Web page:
Art is the way

Hlelo Kana, a grade 4 learner at Samora Machel Primary School, won second place at the Philippi Arts Centre’s book quiz

Art is the way

Art is the way
is what they say
those bookworms
out Philippi Arts Centre way

(though art seems
only to matter
come vote-catching time)

Art is the way
where 40 or so
grade 3s and 4s
ace a book quiz

A book quiz
where they show
they can read
for meaning
(in isiXhosa)

Notwithstanding the ritual
of those PIRLS studies
that go the other way

What might the bookworms
have to say

Book worms : Philippi learners ace Arts Centre book quiz

(By David Kapp)

(Photo Credit: GroundUp / Qaqamba Falithenjwa)

It’s the little things

 

It’s the little things

We two decide
to brave the subway
to the other side
(where the grass is
not any less the smellier)

It’s the little things
the overalled fellow
poignantly observes
post- the Heritage Day
we have just had

It’s the little things
retail workers work
(is there a union
in agreement there)
and the wheels turn

It’s the little things
sardine-filled taxis
rush on by
as I make my way
to a Remembrance Walk

It’s the little things
Preserving Celebrating
and Memorializing
that which was

It’s the little things

I make my way to Livingstone High School, the venue for the Newlands / Claremont Heritage, Environmental Justice and Restitution Society gathering.

(By David Kapp)

(Image Credit: Kamyar Bineshtarigh, Studio Wall XII / Southern Guild)

We Without Titles

We Without Titles

Shall we be Bonnie and Clyde
Barbra Streisand and that Gibb chap Stevie Wonder and Paul Mac
or just plain Ebony and Ivory …

Worlds apart are we
Separated by apartheid decree
Joined by music and poetry
(He has too penned a book or three
A real Sugarman radio veteran is he)

Shiloh Noone the SongCatcher
In his Magic Bus has been around
Yet we are only a few months apart
As I have found

We’re both into chess
And help kids play
But we two
Have yet to enter the fray

My influences are reggae and LKJ
Though to that he might grunt a nay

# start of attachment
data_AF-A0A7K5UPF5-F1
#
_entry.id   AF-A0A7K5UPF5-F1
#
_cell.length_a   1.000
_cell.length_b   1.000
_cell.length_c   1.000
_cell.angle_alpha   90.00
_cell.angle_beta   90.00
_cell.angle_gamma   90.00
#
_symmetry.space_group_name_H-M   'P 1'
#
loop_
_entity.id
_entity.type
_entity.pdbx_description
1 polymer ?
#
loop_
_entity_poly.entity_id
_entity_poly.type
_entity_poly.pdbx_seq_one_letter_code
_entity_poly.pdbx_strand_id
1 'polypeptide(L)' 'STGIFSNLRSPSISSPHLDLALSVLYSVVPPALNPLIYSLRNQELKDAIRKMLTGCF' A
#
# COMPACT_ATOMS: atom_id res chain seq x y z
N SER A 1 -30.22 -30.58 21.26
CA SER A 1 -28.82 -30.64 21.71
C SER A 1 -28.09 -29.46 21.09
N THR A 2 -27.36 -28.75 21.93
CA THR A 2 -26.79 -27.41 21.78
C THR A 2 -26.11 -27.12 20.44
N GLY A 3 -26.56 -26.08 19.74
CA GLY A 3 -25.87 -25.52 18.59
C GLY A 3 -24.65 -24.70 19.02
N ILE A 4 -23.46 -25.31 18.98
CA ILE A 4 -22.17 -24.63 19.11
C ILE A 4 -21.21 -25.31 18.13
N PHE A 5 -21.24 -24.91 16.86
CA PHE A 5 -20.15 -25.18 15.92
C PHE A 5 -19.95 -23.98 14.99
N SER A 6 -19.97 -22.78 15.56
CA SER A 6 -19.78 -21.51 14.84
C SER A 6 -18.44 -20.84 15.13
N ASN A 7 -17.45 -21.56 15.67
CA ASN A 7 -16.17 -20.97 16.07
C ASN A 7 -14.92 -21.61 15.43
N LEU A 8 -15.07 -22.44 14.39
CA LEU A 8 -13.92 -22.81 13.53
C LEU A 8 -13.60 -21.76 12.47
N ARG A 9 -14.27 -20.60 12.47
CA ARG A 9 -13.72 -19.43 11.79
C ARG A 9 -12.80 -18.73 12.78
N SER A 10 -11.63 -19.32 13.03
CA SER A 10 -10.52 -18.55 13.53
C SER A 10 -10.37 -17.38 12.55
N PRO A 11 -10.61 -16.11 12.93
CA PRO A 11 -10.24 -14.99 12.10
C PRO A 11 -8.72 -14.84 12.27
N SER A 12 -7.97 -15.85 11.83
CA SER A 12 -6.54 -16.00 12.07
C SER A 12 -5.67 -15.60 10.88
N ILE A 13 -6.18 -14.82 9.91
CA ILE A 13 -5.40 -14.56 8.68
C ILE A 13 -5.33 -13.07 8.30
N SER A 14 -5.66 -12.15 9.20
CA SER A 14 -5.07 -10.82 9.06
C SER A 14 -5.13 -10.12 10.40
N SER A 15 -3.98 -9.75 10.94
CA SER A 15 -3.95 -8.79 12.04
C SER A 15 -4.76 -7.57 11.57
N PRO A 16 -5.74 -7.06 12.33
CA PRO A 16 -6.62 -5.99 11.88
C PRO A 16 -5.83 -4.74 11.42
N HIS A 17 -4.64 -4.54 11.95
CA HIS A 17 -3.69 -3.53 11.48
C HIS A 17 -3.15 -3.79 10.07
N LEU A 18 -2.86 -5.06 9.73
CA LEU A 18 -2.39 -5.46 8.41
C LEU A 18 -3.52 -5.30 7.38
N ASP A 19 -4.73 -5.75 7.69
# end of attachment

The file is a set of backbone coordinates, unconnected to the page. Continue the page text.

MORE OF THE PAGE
As does he to that Doobie brother
Who some of us know he’d like
to smother

Here we go then, Shiloh Noone and I
Giving you verses to ponder
Making you wonder
What’s going on
Why do we bother

(This revolution will not be televised)

(By David Kapp)
(Photo Credit: Wikimedia)

Your sole is broken

Your sole is broken 

A fellow traveller
(a woman to boot)
observes as I stoop
to examine the sole
of an age-old boot

Knee-high they are
rescued me many times
from the searching hands
of apartheid’s police

(contraband stuffed
down my length of leg
the side-pockets usually
filled with meeting notes)

Your sole is broken
couldn’t keep up
with my striding
here there and
whereever too

Your sole is broken
perchance a slip
of the Freudian variety
in these challenging times

(who would have thought
as we are supposed to be
free from all iniquities
post-1994’s Majority Rule

Your sole is broken
can it be fixed
(do we actually want to
and at what cost)
or is it beyond repair

 

 

 

 

 

 

 

 

 

 

 

 

 

 

(By David Kapp)

(Image Credit 1: Community Arts Project / UWC Centre for Humanities Research) (Image Credit 2: Community Arts Project / UWC Centre for Humanities Research)

 

 

No need

No need

No need
to do
a “lights out”
celebrating
Earth Day

It is done
by the country’s
service provider
(oh the irony)

No need
to celebrate
either
you’d reckon

We are
“lights out”
in a manner
of speaking

from here
to almost
anywhere

Earth Day
initiated by a US senator
inspired by their anti-war
protests of the 1960s

“Earth Dies Screaming”
as UB40 had it
perhaps there is really
a Planet B to go to
and ruin

Earth Day
comes
and goes

April 22

 

(By David Kapp)

(Image Credit 1: Robert Rauschenberg, Earth Day / Smithsonian) (Image Credit 2: Menashe Kadishman, Cracked Earth / Tate)